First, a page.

Monday, May 22, 2017

Metric Mondays #15: Donor Privacy Policy

This Metric Monday covers an important Accountability & Transparency metric: Donor Privacy Policy.

Donors have expressed extreme concern about the use of their personal information by charities and the desire to have this information kept confidential. The exchanging and sale of lists for telemarketing and the mass distribution of “junk mail,” among other things, can be minimized if the charity assures the privacy of its donors.

In order to receive full credit for having a strict privacy policy, a charity must have a written donor privacy policy published on its website, which states unambiguously that (1) it will not trade, share or sell a donor’s personal information with anyone else, nor send donor mailings on behalf of other organizations OR (2) it will only share or sell personal information once the donor has given the charity specific permission to do so.

In order for a policy to meet our criteria, ALL of the following criteria must be met:
  • The privacy policy must be specific to donor information - a general website policy (which references ‘visitor’ or ‘user’ personal information) will not suffice.
  • The policy must address that the organization does not sell or share donor information.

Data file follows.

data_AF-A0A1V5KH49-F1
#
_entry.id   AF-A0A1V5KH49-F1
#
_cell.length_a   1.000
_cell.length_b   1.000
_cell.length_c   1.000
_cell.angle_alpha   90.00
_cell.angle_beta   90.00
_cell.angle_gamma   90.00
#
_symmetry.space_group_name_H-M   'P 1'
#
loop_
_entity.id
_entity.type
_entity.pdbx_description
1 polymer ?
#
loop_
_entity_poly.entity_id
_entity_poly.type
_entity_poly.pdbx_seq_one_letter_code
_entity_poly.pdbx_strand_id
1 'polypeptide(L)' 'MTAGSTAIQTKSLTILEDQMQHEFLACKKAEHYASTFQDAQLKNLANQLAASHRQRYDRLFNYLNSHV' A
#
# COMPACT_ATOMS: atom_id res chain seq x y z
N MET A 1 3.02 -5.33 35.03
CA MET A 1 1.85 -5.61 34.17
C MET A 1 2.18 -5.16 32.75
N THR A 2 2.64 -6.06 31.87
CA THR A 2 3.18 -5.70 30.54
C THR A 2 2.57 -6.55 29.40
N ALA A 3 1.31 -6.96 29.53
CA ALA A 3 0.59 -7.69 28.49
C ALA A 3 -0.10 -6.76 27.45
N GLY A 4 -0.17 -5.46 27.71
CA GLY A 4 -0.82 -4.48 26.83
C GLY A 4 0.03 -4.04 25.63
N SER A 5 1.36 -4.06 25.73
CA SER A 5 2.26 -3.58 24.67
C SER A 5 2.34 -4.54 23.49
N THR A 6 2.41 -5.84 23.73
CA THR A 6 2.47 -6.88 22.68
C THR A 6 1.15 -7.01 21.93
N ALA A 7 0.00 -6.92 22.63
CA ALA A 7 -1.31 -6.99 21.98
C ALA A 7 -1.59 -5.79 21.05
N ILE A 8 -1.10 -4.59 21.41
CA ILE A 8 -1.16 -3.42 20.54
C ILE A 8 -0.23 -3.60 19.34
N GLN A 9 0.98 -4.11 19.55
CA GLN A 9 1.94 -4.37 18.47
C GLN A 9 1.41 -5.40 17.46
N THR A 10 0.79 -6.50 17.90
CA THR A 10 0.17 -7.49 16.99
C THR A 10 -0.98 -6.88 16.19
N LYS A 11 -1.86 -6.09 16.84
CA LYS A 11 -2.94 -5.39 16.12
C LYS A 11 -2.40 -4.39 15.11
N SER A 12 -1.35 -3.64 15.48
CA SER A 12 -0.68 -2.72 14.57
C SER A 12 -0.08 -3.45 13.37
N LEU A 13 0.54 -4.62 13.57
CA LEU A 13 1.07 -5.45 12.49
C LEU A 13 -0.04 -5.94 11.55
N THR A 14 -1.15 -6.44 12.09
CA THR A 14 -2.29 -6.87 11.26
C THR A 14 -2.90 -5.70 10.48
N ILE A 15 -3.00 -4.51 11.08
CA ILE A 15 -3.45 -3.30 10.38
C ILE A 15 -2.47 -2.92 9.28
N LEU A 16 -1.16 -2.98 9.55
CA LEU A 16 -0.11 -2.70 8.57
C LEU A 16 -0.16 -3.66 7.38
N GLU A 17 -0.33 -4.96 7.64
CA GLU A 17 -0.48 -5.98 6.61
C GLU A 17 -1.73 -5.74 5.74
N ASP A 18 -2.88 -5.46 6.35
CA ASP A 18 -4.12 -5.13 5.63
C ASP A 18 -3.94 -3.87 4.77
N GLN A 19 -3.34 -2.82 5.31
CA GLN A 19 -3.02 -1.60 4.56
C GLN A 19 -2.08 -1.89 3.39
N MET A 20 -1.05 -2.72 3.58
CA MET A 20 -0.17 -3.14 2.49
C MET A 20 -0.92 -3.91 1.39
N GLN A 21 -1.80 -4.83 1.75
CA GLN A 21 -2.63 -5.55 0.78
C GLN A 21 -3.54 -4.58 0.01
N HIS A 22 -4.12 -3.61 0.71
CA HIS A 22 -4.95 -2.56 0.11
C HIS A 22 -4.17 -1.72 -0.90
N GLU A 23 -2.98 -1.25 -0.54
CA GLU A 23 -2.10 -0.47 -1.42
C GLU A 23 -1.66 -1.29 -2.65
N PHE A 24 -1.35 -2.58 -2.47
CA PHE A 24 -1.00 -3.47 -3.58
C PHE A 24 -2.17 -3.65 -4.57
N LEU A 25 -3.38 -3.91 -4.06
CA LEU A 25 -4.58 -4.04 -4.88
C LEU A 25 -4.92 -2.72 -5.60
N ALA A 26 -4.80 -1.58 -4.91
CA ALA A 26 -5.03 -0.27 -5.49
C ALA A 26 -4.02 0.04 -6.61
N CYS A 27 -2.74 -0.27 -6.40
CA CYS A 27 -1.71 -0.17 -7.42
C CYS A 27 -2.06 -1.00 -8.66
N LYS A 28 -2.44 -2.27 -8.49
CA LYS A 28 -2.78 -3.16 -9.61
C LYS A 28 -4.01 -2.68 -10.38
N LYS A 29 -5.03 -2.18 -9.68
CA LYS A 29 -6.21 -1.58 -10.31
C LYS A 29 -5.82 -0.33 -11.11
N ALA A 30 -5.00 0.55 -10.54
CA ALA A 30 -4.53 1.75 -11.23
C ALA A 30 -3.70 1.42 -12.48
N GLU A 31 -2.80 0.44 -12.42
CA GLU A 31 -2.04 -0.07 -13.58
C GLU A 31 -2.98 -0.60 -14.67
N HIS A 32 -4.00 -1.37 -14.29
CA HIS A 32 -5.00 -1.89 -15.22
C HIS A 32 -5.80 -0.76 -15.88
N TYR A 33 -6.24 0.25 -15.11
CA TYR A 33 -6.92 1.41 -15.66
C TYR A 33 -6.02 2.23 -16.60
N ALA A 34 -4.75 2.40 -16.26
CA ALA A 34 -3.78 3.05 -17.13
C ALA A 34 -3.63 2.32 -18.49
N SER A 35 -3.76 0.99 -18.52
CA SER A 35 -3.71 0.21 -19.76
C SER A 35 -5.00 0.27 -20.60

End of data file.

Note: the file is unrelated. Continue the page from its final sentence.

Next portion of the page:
• A policy that refers just to donor information collected on the website is also not sufficient; the policy must be comprehensive and applicable to both online and offline donors.
  • If the policy lists specific types of donor information, language must include both email and physical addresses, as well as phone numbers. A blanket term such as “personal information” or “any information” is satisfactory.
It is also possible for an organization to receive partial credit for an opt-out policy. In these situations, the charity has a written privacy policy published on its website which enables donors to tell the charity to remove their names and contact information from mailing lists the charity shares or sells.

To receive partial credit for an opt-out policy, the policy must be specific to donor information, applicable to both online and offline donors, and cover how all personal information is shared or sold. How a donor can have themselves removed from a mailing list differs from one charity to the next, but any and all opt-out policies require donors to take a specific action to protect their privacy.

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